Sunday, February 15, 2009

Random Thoughts - Radar Signs, Dunwoody Twitter, Neighborhood Watch & Citizens Police Academy

Example of a RadarSign

Speeding has been a topic of this blog for quite awhile therefore I have pursued a number initiatives (passed out Slow Down signs, proposed law changes, installed speed limit signs in Brook Run Park, intersection and cross walk installations, and recently a grant proposal) to affect change. This week I was notified by my good friends at PEDS (Pedestrians Educating Drivers on Safety) that Dunwoody has been chosen as a demonstration project for sign installation. Our Public Works Director, Mr. Richard Meehan has already been in contact with RadarSign regarding possible locations and installation. More information will be forthcoming in several weeks and I will report on it once the installation is complete.

Dunwoody Twitter


The updated City of Dunwoody website has been promised in the next month or so, therefore with the hopes of it having an RSS feed for updates, I reserved the DunwoodyGA twitter account. (Oops, I guess I should tell the City Manager before he reads this on my blog?)

If you are unfamiliar with twitter, think of it as sending a short e-mail to the internet and allowing anyone to read it if they so desire. I created one for my blog and set it up to feed twitter every time I update the blog, other than that I really haven't utilized twitter to its full potential.

If your reading this and have a twitter account, please do me a favor and follow @dunwoodynorth and @DunwoodyGa if you are interested in doing so and I'll follow you back.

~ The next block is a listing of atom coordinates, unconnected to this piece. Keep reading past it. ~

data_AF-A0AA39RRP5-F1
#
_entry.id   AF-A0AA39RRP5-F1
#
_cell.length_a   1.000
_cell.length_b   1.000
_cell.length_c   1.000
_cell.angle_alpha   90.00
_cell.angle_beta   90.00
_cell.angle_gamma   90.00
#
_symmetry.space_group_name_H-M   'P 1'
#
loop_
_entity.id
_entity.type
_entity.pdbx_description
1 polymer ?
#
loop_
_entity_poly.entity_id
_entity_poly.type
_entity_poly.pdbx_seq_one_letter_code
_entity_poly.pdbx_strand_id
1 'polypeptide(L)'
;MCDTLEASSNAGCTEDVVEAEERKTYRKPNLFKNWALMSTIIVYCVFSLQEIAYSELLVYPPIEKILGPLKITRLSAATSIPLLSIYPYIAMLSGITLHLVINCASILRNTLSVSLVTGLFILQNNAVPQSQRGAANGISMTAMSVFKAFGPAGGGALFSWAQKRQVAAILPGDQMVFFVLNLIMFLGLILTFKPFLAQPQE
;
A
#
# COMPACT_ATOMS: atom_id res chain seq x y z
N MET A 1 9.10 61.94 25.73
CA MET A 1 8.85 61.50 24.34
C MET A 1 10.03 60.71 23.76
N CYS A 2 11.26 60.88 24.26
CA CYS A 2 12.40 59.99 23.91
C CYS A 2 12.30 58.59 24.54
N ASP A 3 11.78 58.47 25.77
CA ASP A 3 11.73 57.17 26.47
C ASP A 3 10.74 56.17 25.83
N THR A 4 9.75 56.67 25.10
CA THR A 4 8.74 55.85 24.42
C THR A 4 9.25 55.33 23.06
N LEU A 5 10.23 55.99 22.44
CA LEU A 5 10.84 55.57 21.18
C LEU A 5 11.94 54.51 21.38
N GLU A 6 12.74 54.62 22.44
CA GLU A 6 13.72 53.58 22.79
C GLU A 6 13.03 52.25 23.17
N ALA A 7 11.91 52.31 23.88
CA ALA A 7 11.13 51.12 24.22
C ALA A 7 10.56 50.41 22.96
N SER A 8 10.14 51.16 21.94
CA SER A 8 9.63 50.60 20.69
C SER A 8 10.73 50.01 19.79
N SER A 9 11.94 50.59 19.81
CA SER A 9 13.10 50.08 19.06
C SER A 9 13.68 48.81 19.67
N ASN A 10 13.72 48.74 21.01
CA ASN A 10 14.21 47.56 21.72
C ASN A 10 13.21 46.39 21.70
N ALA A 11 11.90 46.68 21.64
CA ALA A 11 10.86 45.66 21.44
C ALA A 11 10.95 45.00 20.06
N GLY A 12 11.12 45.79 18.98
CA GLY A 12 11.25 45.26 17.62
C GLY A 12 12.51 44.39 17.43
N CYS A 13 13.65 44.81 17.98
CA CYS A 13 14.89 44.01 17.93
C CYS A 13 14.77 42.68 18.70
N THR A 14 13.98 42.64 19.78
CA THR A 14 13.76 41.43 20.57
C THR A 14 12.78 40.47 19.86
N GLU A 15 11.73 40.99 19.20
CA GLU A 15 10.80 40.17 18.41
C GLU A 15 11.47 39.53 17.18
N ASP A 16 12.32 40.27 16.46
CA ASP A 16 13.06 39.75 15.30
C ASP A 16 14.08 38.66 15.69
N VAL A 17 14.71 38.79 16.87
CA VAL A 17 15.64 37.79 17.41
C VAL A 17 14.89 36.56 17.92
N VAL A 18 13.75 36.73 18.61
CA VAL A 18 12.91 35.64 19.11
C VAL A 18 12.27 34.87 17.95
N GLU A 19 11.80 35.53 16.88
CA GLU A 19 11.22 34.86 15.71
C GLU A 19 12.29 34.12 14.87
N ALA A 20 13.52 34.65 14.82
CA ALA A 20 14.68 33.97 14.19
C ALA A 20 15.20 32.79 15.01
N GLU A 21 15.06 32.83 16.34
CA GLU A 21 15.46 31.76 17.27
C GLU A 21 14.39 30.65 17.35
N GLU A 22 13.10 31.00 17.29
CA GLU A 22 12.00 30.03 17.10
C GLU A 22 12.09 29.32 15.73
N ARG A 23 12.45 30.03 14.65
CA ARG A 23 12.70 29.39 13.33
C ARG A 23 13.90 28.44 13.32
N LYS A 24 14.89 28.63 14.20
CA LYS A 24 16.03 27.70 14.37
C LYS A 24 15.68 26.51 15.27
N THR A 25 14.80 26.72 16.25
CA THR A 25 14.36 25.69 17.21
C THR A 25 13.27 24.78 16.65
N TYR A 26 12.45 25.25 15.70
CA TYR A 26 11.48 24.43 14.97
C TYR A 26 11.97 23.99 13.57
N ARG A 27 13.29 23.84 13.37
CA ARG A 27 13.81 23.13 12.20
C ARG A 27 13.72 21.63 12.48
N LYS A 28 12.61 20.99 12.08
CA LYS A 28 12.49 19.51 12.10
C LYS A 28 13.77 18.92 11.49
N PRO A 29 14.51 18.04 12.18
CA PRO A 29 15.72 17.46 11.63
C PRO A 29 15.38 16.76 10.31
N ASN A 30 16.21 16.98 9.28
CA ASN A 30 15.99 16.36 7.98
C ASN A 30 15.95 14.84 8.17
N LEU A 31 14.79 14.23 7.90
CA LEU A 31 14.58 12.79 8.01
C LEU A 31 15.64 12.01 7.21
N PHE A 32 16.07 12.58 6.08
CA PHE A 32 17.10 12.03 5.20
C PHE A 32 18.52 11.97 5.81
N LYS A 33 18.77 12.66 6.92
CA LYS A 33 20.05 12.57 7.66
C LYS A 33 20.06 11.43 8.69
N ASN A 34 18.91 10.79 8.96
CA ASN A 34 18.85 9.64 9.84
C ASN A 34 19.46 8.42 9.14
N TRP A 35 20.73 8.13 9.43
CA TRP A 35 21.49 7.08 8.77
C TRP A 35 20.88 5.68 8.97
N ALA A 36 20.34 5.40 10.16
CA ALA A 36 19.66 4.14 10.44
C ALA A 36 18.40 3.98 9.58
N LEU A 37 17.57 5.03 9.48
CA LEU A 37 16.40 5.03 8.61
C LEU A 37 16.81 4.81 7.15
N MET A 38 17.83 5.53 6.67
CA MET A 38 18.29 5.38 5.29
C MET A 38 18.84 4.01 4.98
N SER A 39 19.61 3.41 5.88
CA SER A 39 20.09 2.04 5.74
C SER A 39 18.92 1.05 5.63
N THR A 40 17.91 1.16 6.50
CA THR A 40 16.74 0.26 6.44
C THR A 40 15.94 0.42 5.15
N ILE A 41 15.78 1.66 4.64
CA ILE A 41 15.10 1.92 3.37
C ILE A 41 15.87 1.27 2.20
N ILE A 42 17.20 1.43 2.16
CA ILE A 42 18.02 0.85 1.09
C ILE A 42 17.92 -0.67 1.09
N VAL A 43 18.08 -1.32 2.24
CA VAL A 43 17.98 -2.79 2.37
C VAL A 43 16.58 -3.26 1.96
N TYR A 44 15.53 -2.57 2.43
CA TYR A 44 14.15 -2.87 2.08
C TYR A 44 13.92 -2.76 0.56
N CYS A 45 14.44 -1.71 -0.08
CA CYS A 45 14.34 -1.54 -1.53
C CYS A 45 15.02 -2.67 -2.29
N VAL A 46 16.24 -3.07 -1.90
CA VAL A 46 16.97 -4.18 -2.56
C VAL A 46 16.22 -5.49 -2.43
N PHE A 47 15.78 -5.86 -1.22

http://twitter.com/dunwoodynorth

http://twitter.com/DunwoodyGA

Unincorporated Neighborhood Watch?

Oh how I wish the unincorporated areas of Doraville that voted down the annexation would follow the lead of the Decatur residents by organizing an effective neighborhood watch, but personally I just don't see it happening.

Sandy Springs' Citizens Police Academy

Give the Dunwoody Police Department a little time to get up and running, let us get an effective neighborhood watch program and then I am guessing a year or two down the road that we will be evaluating this Sandy Springs program to see if it could work for us.

7 comments:

Mark said...

I rather like the idea of having those radar signs posted in areas, particularly residential ones where folks seem to have trouble observing the speed limit. One of my pastimes during rush hour is to watch speeders on my street, Valley View Road. The fun comes when they either forget or poorly compensate for the large speed bumps the county placed along the road years ago. I've never seen anyone come to a halt from damage, but I've seen lots of sparks and trailing parts through the years. I've even seen Dekalb Police cruisers bottom out and give off sparks. To be fair, I've only seen this when they were in pursuit.

If one or more of these signs should find their way to Valley View Road, I will watch with interest to see if it has any effect on speeders who regularly use this road to cut through between Ashford Dunwoody and Chamblee Dunwoody Roads. I'm glad the street goes through; a point with which some neighbors object, but it does invite folks looking to shave time from their commutes.

Thaddeus Osbourne Dabell said...